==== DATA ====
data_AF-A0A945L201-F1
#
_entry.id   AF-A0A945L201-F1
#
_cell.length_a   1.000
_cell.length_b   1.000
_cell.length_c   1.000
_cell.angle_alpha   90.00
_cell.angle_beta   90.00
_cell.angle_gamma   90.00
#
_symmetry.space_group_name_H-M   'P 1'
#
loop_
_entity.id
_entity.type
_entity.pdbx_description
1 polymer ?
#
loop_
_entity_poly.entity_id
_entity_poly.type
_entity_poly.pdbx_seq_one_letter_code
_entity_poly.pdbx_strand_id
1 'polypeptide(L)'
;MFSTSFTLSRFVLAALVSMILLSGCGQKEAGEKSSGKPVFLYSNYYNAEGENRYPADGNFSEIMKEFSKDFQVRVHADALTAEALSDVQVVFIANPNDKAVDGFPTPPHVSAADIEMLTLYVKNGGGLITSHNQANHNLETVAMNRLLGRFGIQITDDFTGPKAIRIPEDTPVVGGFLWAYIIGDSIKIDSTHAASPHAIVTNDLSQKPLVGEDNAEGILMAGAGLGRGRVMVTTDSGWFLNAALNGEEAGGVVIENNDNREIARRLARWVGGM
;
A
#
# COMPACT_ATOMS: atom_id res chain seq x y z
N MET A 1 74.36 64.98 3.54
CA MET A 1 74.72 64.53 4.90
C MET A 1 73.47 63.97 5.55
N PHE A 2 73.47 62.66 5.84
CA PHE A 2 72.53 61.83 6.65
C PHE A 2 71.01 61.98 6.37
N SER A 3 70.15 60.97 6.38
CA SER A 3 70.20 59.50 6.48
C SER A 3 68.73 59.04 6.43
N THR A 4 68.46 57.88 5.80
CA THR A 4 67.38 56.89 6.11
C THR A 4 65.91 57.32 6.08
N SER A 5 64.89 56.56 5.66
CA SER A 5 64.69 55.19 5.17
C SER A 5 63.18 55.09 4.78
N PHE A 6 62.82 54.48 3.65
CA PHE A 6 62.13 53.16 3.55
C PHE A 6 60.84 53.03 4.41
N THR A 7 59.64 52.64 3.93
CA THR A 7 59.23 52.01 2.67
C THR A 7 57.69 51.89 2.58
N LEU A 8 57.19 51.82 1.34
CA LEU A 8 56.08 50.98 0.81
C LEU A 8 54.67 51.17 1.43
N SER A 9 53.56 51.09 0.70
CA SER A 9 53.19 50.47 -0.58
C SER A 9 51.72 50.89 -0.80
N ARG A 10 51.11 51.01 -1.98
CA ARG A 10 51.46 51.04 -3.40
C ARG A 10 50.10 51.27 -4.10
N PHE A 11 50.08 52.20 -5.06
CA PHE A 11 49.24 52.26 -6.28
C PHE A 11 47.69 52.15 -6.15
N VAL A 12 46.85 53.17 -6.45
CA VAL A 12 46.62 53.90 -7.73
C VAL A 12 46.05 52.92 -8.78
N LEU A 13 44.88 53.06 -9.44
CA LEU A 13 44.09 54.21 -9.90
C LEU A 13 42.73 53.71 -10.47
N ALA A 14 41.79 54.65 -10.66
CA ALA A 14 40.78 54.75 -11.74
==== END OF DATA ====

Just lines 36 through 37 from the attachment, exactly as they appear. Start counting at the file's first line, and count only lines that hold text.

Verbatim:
C PHE A 2 71.01 61.98 6.37
N SER A 3 70.15 60.97 6.38